Potomac Riverboats Install Cleaner Engines

Potomac Riverboat Company, based in Old Town Alexandria, has a route that stops at the Mount Vernon estate.

With grants from the U.S. Environmental Protection Agency (EPA), the Potomac Riverboat Company replaced old diesel engines on several of its boats, which make a trip between Mount Vernon and DC and Old Town Alexandria, reducing emissions into the Potomac River and cutting fuel costs in the process.

The Council of Governments applied for and received a grant from the EPA in 2011. Along with the Passenger Vessel Association the Council worked with the Potomac Riverboat Company, based in Old Town Alexandria, to replace older diesel engines on two vessels.

The engines are now operational on the Old Town-Georgetown route on the Potomac river.

Jeff King, principal environmental planner at the Council of Governments, first came up with the idea to use grant money to replace the diesel engines in local riverboats when he saw one of the Potomac Riverboat Company’s boats leaving a dock in Georgetown. He reached out to the company and the rest is history.

“As an elected official in the City of Alexandria and a longstanding supporter of environmental protection, I was particularly pleased to see the Council of Governments partnering with a local small business to help make it more sustainable,” said Del Pepper, Alexandria City Councilwoman, in a prepared statement. “The Potomac is a major environmental and economic asset to this region and cleaning up our air and water will help it ensure it’s viable for generations to come.”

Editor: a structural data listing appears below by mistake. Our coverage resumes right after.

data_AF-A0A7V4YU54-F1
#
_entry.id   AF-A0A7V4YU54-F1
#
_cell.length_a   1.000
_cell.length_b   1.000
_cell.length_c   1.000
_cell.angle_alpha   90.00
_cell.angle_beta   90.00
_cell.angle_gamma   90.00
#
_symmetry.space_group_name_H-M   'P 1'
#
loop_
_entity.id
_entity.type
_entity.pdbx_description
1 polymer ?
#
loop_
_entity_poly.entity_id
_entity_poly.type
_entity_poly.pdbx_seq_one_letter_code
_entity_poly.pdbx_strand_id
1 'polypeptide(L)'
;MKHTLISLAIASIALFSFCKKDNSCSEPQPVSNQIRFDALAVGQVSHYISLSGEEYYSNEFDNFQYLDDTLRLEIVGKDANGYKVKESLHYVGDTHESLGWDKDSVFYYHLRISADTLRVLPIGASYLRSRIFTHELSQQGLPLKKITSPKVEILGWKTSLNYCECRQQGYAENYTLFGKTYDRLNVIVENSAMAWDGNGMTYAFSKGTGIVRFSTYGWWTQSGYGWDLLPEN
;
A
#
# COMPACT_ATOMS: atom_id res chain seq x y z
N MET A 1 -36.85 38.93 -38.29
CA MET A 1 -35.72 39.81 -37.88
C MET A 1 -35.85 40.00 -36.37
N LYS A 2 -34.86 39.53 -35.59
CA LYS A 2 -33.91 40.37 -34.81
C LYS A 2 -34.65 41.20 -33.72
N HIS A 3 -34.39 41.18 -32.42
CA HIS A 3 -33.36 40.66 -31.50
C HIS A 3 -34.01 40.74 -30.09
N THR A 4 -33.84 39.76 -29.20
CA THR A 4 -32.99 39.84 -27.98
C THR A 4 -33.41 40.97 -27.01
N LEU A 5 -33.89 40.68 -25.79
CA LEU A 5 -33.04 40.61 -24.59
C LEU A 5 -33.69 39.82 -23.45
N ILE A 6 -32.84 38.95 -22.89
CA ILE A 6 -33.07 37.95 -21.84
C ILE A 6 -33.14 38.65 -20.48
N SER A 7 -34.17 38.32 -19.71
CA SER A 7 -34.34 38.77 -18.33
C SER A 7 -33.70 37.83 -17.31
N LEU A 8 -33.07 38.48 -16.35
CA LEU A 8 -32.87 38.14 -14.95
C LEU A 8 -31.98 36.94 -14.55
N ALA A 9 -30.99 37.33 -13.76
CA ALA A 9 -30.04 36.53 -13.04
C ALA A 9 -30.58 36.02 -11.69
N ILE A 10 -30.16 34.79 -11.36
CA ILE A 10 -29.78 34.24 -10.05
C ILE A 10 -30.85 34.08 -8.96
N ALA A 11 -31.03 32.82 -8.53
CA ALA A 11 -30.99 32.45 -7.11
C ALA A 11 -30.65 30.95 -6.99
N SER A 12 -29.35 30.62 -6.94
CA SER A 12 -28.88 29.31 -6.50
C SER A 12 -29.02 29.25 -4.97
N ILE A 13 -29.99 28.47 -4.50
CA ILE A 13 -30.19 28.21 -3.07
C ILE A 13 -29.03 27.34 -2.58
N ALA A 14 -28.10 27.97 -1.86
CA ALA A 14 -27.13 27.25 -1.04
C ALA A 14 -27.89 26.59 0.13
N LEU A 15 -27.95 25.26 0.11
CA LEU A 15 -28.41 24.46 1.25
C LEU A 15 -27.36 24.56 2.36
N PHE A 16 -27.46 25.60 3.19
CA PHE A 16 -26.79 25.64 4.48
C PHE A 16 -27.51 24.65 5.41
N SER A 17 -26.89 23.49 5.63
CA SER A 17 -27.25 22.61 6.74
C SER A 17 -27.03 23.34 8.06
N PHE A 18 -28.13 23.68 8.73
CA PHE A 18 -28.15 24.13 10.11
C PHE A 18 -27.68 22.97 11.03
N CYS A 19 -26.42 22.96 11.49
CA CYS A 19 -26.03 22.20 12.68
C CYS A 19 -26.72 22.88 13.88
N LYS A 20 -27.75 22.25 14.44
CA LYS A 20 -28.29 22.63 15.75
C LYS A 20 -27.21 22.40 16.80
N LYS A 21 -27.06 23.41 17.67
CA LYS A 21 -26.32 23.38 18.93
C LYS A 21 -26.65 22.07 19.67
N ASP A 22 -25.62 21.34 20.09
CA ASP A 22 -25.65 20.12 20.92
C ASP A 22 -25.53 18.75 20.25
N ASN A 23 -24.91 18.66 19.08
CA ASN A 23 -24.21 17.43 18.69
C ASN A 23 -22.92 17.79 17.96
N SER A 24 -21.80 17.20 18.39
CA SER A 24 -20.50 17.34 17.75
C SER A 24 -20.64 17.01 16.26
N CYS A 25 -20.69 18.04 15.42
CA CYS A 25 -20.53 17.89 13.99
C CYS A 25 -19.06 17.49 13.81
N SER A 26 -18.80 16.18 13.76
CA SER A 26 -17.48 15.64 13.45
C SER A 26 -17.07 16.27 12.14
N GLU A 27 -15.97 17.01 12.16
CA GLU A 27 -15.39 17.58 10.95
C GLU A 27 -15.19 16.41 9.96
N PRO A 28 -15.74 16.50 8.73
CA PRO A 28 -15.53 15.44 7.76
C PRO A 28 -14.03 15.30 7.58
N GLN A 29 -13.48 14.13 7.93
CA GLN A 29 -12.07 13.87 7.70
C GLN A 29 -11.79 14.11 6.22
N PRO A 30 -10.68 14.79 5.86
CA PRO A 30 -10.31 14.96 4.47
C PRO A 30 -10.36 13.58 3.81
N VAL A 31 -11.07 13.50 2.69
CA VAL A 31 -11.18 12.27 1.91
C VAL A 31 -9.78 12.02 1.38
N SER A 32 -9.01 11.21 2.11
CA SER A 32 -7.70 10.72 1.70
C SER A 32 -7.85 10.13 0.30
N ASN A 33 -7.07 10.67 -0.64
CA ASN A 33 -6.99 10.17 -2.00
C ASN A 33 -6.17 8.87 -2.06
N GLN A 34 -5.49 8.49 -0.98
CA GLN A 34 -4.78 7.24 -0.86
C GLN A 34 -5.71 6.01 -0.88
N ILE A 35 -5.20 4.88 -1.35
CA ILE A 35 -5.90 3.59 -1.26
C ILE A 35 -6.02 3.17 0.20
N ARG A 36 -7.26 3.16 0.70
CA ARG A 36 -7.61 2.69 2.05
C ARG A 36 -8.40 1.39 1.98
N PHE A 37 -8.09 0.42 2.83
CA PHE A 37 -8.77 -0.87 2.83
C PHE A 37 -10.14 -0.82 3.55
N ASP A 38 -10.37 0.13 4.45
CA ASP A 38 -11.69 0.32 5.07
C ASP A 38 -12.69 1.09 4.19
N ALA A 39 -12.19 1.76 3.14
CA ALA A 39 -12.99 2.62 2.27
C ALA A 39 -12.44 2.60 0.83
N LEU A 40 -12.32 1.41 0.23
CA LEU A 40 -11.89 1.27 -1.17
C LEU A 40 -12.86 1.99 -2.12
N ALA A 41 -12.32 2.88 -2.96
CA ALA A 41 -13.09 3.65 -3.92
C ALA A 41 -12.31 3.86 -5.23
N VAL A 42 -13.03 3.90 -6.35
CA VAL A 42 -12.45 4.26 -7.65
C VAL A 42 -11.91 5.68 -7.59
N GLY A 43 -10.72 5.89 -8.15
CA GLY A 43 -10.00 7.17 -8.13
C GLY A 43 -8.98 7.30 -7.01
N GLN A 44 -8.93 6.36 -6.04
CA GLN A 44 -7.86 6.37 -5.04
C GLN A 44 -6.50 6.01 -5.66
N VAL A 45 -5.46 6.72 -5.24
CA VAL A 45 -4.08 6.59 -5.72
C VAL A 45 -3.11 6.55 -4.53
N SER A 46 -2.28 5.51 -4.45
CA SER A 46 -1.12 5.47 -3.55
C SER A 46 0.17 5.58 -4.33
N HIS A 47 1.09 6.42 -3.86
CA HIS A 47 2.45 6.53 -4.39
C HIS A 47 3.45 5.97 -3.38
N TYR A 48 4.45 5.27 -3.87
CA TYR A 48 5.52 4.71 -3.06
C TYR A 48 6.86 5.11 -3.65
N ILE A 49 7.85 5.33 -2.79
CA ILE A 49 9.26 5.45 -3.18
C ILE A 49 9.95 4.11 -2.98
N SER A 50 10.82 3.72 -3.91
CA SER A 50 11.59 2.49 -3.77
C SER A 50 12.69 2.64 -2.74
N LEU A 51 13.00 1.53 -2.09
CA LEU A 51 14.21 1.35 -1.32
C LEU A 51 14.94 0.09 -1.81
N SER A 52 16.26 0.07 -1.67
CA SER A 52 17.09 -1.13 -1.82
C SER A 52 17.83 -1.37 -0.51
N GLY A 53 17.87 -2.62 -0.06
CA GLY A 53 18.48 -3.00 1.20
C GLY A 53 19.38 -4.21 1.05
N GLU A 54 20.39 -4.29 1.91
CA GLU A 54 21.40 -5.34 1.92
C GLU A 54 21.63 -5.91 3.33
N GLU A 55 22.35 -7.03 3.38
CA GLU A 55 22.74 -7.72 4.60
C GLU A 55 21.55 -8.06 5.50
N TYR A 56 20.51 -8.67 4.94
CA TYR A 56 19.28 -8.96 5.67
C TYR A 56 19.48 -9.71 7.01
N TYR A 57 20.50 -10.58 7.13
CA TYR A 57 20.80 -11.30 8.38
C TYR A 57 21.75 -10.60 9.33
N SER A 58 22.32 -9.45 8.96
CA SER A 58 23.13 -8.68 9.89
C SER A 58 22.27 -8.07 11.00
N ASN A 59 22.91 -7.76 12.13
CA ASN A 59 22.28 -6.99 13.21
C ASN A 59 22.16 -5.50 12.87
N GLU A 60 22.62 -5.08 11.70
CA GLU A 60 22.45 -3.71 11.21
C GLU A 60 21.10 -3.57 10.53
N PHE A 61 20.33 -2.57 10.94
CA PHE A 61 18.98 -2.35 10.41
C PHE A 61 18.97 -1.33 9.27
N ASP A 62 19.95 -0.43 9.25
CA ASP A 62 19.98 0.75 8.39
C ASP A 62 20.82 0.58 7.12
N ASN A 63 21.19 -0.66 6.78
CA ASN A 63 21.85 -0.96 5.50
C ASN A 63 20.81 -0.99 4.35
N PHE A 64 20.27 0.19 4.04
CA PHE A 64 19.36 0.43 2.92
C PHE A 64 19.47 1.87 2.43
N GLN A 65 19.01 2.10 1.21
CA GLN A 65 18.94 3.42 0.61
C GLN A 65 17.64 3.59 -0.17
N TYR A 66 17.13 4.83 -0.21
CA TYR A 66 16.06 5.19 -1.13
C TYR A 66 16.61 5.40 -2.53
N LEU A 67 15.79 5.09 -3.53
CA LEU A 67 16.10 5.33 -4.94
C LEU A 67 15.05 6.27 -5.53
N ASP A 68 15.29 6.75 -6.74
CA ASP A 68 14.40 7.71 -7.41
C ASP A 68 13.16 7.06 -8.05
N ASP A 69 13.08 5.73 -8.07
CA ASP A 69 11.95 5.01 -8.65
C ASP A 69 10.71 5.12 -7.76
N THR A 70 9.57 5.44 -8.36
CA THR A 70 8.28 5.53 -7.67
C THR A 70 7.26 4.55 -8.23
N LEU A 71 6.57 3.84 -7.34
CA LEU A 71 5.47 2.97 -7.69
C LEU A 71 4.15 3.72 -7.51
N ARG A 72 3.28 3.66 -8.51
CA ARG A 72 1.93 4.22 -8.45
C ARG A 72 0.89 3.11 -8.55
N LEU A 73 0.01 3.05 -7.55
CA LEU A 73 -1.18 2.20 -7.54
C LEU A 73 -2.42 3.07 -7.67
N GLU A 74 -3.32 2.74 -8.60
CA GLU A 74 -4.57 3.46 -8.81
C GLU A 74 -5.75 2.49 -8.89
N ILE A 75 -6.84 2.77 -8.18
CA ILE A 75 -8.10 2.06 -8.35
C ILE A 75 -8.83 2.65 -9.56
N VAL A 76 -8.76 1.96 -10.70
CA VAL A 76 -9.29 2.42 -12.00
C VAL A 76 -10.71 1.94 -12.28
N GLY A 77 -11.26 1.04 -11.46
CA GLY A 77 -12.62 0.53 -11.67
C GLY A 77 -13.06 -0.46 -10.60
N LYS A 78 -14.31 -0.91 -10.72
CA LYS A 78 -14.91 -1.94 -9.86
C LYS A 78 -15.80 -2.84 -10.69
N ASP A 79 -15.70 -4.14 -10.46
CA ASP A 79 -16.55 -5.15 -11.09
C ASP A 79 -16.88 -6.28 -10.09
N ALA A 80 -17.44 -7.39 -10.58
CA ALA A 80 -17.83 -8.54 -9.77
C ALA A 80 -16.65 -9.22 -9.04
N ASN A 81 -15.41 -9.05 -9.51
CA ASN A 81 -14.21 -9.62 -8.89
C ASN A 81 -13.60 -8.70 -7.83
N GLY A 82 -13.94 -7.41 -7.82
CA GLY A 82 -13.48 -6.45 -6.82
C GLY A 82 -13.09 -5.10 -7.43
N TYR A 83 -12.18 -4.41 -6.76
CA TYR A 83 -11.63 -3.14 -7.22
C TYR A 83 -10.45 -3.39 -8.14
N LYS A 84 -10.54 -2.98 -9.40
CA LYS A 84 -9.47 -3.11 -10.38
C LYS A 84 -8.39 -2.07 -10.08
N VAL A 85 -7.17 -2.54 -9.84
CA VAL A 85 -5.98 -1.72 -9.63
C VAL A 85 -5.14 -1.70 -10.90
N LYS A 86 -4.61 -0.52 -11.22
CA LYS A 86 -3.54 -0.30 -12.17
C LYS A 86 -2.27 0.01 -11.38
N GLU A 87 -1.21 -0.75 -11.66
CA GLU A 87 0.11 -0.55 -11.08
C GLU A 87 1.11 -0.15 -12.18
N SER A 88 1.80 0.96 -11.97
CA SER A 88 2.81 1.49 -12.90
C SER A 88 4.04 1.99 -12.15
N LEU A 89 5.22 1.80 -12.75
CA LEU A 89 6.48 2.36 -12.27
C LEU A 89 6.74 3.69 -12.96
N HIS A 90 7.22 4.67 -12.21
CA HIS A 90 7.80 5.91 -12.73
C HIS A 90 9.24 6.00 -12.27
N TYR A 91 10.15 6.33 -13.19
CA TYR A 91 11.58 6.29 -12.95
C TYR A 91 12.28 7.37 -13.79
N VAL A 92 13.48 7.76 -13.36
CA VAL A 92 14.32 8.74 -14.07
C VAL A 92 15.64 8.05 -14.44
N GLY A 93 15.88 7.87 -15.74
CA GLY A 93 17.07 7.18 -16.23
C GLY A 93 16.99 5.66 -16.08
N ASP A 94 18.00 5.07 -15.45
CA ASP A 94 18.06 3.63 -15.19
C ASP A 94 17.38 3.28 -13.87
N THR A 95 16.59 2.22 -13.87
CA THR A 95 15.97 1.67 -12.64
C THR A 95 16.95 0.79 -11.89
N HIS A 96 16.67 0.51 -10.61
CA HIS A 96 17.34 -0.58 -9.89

The Council later worked with the District government to use additional funding to replace engines in vessels belonging to the Spirit of Mount Vernon, which operates a route between D.C. and George Washington’s historic Mount Vernon estate.

“Now the 80,000-100,000 kids that the Spirit carries from the District to George Washington’s Mount Vernon are enjoying a trip with a much smaller carbon footprint and less exposure to harmful diesel exhaust,” Cecily Beall, air director for the D.C. Department of the Environment, said, according to a post on the Council's blog.

According to a post on the Council's blog, in addition to environmental benefits, there are economic benefits for the company:

"In addition to the obvious benefits to human health, the environment and climate associated with reduced emissions, the boat operators experienced several economic advantages from the engine replacements, including savings on fuel, lower cleaning and maintenance costs, and more efficient operation."

Read the full blog post here.


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